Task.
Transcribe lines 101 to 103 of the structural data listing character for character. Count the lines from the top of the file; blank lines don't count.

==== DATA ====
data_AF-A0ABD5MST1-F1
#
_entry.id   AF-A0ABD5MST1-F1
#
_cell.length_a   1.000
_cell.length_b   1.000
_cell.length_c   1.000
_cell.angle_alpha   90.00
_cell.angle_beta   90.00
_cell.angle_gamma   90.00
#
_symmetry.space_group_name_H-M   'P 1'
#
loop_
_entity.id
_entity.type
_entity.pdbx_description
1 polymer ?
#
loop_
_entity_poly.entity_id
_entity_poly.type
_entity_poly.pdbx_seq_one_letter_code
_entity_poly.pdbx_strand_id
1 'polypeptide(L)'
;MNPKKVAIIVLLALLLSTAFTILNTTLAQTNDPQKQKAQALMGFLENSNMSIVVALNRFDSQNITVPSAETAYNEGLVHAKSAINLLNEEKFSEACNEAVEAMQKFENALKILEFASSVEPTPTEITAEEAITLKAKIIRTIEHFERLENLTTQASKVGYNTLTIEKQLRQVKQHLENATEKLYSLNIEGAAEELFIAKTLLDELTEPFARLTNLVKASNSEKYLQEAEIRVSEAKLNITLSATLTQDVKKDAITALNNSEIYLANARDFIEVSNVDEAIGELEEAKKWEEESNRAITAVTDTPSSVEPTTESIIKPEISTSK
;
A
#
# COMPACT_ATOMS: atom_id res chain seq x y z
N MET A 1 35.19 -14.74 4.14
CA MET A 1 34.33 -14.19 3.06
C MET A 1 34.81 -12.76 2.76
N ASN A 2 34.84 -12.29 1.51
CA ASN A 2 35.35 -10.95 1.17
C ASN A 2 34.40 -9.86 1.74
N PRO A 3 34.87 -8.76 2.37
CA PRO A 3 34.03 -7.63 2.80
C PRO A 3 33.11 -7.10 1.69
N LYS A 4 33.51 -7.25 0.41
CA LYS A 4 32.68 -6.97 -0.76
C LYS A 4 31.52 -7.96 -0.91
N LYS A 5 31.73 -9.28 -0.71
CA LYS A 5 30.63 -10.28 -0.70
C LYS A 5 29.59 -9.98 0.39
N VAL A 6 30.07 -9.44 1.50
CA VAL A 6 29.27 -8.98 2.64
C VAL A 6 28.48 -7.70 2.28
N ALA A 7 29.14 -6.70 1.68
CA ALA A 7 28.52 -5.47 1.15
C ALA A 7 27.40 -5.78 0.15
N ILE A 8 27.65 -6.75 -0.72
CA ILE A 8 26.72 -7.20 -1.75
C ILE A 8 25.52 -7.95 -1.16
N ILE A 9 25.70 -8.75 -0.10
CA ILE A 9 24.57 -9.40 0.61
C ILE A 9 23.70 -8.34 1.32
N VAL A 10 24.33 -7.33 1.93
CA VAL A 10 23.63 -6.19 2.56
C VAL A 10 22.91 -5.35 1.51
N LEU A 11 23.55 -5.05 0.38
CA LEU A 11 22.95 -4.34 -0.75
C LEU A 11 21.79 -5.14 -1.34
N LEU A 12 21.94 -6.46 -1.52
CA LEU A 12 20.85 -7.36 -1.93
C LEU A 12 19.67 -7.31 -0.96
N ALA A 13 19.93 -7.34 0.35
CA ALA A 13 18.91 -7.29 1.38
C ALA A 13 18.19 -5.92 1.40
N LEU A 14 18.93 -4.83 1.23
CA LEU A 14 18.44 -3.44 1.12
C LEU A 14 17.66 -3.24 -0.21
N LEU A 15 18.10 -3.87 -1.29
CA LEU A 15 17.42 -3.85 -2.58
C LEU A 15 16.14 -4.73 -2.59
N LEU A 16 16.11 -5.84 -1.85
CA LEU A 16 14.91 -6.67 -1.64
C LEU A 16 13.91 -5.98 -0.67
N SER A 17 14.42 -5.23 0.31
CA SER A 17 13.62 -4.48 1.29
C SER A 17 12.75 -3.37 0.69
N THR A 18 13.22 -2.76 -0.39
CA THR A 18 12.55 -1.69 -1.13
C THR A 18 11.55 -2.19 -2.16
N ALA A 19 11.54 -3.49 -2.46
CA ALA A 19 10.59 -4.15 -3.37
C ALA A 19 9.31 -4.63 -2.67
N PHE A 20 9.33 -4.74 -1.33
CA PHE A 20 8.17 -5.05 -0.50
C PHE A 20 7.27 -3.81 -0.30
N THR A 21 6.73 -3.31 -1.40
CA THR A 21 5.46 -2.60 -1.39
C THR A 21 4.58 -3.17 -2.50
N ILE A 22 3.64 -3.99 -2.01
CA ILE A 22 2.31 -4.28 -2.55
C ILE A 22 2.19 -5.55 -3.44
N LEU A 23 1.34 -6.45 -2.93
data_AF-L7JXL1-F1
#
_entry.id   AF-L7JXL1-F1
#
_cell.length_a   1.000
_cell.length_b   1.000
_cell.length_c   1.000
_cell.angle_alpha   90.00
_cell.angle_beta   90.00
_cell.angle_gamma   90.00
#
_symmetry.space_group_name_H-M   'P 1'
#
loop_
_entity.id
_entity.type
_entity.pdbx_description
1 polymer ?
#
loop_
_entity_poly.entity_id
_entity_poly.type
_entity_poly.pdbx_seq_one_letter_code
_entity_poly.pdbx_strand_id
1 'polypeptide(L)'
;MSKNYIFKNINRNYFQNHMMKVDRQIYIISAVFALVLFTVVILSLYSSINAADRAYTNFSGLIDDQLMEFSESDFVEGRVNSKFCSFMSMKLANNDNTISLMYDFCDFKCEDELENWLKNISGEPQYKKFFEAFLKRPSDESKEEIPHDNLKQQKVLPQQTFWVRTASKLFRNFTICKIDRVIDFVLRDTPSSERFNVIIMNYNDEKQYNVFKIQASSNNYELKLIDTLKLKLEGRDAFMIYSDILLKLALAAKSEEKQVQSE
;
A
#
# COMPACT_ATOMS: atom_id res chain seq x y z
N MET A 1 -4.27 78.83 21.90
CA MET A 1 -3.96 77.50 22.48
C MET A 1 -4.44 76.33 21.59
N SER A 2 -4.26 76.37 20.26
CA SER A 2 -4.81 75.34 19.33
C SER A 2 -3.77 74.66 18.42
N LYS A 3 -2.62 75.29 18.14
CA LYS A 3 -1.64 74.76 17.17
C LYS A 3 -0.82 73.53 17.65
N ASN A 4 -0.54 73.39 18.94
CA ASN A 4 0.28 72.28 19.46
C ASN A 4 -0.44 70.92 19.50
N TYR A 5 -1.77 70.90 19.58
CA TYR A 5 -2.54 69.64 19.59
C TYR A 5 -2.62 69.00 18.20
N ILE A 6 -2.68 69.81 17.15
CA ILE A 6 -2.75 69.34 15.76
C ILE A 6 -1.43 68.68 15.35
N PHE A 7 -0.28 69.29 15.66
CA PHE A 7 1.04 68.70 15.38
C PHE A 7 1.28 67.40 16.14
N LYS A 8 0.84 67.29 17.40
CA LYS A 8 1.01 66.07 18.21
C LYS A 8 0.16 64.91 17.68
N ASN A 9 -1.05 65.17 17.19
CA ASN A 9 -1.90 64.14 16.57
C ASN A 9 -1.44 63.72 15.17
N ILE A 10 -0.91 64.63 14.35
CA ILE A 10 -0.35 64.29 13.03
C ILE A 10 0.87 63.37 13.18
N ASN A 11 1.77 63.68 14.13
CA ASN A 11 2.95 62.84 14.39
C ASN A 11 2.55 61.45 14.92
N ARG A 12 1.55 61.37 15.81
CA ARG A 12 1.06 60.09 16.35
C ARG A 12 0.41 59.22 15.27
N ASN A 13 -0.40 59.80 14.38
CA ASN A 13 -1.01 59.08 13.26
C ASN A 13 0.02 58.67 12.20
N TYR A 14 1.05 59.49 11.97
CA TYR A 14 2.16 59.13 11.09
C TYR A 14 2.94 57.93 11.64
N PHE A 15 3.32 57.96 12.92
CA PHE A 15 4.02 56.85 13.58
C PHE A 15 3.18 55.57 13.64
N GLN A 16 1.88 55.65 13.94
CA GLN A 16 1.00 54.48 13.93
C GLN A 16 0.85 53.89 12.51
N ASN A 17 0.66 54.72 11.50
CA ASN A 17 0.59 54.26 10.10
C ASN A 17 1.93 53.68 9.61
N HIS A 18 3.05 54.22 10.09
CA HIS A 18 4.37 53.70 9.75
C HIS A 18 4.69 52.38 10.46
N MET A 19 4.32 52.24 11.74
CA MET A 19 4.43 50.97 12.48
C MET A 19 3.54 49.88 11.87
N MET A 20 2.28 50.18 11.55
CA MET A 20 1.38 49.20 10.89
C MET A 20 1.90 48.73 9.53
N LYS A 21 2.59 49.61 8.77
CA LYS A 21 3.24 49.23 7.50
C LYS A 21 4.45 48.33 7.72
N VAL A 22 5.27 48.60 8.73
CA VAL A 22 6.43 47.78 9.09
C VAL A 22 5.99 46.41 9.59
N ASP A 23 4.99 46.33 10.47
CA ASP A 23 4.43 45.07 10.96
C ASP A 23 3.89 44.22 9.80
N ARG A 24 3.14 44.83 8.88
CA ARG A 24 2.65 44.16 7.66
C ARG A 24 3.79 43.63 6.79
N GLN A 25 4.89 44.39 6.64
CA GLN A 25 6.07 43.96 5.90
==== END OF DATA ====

#
_cell.length_a   1.000
_cell.length_b   1.000